Celine Ng-Chan reportedly contracted coronavirus in March after a family trip to Europe and her baby was born on 7 November.
A woman who had COVID-19 when she was pregnant has given birth to a baby who has antibodies against the virus, according to a report.
The Singaporean woman caught the virus in March and the baby was born on 7 November, COVID-free but with antibodies, the Straits Times reported.
The mother, Celine Ng-Chan, told the newspaper: “My doctor suspects I have transferred my COVID-19 antibodies to him during my pregnancy.”
She said she had been told by the paediatrician that her antibodies had gone, but those of her son, who has been named Aldrin, remain.
Mrs Ng-Chan, 31, spent two-and-a-half weeks in hospital with coronavirus, but was described by the newspaper as having been only mildly ill.
Mrs Ng-Chan said that she, her mother, and her daughter had all contracted COVID-19 after returning from a family holiday to Europe in March.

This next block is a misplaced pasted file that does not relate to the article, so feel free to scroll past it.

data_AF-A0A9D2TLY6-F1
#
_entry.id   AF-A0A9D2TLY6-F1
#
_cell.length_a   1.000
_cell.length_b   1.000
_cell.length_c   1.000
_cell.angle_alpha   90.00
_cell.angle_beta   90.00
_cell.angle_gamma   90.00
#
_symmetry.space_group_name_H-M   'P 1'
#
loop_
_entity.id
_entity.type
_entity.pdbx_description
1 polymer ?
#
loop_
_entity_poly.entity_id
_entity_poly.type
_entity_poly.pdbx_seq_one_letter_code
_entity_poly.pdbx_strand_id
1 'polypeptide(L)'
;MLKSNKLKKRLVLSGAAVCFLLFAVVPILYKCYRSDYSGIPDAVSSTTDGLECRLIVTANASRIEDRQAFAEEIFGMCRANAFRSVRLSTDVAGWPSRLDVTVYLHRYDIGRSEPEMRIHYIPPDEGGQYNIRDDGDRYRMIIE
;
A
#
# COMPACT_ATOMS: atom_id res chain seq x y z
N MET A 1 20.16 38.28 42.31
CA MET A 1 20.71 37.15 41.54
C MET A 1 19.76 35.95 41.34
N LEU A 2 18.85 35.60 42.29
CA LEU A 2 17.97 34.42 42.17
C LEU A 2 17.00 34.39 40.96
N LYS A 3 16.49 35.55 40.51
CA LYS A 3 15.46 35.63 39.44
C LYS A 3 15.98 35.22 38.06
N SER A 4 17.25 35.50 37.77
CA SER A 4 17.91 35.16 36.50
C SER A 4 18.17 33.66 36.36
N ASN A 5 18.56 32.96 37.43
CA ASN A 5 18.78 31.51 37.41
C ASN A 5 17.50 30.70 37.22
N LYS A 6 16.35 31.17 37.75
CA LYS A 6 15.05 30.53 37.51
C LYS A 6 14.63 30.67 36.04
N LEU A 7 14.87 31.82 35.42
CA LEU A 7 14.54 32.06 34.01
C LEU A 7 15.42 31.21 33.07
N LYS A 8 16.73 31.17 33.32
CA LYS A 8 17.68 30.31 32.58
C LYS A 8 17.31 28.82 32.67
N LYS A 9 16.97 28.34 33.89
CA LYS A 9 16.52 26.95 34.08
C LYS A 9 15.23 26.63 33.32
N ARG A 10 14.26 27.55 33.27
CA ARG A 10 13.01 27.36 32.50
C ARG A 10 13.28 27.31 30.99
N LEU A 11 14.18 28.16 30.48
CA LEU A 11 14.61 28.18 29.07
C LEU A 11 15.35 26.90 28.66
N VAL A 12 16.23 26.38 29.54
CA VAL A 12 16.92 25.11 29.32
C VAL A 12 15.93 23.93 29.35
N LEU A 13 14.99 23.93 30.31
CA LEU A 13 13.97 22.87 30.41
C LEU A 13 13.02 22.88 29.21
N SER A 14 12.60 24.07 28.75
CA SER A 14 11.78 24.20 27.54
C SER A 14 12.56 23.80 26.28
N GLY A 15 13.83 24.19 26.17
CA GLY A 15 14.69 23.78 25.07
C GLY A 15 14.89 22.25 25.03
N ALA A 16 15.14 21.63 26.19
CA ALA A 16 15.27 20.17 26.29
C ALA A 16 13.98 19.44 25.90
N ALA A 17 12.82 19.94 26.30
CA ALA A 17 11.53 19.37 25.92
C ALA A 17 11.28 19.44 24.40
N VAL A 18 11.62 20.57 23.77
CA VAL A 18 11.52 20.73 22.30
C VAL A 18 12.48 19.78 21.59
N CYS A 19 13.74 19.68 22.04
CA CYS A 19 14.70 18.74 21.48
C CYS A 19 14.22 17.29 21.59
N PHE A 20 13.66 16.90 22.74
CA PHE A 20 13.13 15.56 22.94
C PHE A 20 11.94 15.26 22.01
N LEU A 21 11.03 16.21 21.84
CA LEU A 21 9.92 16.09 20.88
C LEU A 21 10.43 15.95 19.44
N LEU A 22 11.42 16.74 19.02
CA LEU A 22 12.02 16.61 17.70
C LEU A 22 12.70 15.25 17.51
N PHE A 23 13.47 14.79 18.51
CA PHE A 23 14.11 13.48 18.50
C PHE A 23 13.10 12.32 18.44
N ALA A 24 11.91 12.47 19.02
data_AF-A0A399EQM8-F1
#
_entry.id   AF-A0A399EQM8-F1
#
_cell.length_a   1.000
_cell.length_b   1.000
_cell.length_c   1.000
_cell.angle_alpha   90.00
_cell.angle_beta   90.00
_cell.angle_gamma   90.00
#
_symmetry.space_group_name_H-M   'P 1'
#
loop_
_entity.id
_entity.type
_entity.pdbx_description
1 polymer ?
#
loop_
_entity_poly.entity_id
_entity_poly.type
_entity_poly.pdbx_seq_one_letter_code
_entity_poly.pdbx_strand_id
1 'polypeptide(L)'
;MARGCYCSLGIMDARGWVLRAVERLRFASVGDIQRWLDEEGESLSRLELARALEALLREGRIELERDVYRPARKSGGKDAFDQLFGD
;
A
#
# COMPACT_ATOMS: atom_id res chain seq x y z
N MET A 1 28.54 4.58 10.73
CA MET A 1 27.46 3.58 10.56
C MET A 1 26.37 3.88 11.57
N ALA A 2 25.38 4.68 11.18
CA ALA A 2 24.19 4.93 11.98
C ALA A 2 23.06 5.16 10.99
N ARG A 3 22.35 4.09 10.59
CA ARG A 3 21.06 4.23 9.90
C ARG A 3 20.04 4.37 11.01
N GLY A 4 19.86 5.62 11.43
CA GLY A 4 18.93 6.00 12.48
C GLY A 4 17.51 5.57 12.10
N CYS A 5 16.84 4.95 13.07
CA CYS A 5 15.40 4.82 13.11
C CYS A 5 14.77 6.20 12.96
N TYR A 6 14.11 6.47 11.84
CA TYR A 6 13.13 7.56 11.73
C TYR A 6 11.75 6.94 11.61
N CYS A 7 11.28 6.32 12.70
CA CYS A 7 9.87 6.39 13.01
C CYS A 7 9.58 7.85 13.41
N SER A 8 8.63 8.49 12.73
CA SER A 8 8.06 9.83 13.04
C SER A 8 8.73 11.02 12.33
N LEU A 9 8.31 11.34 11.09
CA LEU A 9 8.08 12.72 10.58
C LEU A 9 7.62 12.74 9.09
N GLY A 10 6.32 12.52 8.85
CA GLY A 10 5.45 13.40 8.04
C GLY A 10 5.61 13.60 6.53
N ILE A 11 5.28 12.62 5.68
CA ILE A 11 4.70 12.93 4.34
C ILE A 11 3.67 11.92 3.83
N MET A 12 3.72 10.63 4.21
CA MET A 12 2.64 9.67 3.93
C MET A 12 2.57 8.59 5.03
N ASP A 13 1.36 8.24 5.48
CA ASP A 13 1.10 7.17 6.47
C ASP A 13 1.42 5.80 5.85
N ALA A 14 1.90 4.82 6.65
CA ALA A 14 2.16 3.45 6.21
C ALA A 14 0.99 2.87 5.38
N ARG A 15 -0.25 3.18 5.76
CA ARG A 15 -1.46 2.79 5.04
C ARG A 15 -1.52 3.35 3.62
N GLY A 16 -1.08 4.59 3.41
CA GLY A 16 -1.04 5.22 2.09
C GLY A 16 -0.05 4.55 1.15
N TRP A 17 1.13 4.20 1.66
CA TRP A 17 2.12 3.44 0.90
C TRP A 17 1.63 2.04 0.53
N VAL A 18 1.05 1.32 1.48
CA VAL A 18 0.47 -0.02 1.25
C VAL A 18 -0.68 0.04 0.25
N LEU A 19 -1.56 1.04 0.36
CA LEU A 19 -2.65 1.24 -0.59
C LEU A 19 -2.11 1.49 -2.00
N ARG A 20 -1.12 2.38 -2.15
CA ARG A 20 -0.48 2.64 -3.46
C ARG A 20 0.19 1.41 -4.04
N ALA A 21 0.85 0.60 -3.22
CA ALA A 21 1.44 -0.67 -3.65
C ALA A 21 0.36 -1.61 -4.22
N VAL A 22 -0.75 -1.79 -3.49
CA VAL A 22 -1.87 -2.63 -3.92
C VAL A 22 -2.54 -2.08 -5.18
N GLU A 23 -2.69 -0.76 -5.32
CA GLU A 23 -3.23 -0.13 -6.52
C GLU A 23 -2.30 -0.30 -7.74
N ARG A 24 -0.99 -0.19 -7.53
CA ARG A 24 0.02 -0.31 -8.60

Her husband and father were also on the trip, but they did not get ill.
She told the newspaper: “My pregnancy and birth was smooth sailing, despite being diagnosed with COVID-19 in my first trimester, which is the most unstable stage of the pregnancy.
“I’m very blessed to have Aldrin and he came out very healthy.
“I feel relieved my COVID-19 journey is finally over now.”
It is not clear how unusual it is for a pregnant woman with COVID-19 to pass the virus on to her foetus or baby during pregnancy or delivery.
The active virus has not been found in any samples of fluid around the baby in the womb or in breast milk, the World Health Organisation has said.
A spokesman for Singapore’s National University Hospital, where Aldrin was born, told the Straits Times that, without specifying numbers, so far all other mothers and new-borns have tested negative.
In October, an article in the journal Emerging Infectious Diseases said doctors in China had reported the detection and decline over time of COVID-19 antibodies in babies born to women with the virus.
CREDIT: SKY NEWS